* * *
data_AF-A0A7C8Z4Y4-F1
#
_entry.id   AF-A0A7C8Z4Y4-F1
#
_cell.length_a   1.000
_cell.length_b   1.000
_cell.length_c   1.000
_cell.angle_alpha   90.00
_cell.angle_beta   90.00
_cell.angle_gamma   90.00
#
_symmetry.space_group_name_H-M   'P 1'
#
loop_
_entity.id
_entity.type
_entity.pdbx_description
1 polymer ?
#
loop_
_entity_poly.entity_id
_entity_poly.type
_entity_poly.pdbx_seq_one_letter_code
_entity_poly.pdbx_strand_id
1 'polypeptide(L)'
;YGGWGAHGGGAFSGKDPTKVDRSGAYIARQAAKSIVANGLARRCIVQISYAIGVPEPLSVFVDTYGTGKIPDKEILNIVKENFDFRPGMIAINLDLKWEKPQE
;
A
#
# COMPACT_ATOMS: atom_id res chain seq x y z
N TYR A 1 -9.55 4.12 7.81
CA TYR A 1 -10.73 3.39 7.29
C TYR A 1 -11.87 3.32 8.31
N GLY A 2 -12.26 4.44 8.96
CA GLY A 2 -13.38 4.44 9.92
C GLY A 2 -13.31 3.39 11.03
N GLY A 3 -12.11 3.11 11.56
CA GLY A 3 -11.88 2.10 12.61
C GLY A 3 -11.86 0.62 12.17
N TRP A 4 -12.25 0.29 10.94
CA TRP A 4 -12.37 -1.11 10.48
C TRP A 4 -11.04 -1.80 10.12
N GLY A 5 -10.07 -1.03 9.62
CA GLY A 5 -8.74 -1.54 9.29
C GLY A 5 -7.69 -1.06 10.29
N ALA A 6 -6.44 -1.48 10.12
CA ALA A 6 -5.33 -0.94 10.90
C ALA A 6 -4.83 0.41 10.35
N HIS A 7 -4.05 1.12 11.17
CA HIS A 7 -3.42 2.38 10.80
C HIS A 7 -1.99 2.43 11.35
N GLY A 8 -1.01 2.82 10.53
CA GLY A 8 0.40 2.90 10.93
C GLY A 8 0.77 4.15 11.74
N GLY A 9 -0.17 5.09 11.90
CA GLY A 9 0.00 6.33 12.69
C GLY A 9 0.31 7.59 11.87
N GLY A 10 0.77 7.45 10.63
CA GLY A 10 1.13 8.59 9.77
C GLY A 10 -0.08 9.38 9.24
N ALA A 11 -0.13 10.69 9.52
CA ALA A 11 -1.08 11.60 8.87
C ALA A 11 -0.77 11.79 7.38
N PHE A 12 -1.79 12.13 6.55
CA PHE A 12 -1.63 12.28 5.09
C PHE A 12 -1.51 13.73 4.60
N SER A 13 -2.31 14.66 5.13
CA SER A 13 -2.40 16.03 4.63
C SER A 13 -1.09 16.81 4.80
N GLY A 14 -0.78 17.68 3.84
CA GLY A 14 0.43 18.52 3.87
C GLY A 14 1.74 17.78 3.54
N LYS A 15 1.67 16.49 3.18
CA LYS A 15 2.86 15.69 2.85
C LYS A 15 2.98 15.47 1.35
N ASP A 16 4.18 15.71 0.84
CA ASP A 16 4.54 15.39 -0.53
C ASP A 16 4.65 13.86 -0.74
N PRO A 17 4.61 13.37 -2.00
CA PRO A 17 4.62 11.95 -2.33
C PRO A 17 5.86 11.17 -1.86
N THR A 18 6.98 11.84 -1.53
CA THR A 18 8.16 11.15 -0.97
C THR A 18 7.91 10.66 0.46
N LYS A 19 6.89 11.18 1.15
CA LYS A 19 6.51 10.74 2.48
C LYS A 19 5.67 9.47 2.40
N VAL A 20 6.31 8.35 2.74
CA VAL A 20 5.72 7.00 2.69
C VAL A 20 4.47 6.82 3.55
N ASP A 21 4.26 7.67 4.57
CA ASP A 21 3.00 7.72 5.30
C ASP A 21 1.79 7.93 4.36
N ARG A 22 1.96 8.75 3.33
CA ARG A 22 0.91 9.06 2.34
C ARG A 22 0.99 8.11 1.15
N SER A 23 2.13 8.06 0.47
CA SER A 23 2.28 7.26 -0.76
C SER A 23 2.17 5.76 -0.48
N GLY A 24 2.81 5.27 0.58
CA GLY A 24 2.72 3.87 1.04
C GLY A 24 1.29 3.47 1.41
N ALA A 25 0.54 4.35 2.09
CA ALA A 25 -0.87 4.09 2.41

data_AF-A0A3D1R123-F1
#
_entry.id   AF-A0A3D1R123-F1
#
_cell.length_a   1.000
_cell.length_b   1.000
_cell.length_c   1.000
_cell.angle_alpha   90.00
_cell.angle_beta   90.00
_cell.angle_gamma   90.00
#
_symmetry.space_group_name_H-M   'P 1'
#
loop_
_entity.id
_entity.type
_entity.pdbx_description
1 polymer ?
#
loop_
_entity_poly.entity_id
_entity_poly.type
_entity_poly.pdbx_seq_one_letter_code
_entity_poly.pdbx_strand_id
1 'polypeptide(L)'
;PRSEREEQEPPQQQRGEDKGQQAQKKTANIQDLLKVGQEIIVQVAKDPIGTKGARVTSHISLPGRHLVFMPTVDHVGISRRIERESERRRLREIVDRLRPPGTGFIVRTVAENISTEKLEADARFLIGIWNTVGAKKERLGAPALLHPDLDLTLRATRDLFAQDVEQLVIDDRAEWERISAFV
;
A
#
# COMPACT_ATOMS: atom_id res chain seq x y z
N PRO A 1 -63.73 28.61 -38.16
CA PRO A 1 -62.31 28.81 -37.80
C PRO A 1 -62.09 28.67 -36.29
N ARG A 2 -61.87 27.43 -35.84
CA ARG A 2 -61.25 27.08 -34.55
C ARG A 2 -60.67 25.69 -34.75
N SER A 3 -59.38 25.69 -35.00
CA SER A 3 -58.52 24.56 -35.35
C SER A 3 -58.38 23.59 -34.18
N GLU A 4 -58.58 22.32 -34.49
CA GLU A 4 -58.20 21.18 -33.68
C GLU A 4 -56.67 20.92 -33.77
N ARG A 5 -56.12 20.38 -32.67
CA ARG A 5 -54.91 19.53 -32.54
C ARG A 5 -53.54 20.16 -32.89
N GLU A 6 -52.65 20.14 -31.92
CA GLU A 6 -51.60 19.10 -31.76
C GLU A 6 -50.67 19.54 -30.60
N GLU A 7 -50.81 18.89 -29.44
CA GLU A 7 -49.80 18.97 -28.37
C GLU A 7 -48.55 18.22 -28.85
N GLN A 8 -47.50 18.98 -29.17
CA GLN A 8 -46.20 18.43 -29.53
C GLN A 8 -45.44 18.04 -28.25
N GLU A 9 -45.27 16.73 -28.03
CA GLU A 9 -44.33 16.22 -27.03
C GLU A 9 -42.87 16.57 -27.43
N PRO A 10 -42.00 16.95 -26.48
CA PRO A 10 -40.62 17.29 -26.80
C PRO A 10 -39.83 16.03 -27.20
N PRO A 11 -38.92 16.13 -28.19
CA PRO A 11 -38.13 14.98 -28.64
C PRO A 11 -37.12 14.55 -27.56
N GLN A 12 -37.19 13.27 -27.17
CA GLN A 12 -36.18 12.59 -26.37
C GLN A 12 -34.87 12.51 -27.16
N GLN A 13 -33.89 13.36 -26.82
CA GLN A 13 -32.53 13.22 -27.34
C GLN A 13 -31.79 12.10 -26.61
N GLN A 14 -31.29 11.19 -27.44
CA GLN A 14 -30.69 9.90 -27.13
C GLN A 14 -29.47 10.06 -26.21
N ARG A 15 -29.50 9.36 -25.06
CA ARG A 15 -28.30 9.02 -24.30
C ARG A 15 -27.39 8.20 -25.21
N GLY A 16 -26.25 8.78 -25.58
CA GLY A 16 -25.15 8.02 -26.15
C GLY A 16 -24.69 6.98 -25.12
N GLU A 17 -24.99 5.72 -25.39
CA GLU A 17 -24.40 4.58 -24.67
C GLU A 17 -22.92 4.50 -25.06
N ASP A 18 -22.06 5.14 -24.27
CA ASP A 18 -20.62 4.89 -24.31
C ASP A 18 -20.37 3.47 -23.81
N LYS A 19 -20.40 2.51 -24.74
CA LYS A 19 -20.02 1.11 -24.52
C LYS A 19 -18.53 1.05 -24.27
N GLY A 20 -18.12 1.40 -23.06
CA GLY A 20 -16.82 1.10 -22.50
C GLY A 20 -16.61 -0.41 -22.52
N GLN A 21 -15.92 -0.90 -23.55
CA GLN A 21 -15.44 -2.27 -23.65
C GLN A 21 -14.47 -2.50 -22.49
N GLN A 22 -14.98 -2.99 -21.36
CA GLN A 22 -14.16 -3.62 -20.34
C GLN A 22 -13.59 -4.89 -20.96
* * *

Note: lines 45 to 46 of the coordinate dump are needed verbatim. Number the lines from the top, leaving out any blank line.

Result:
C GLY A 5 -7.69 -1.06 10.29
N ALA A 6 -6.44 -1.48 10.12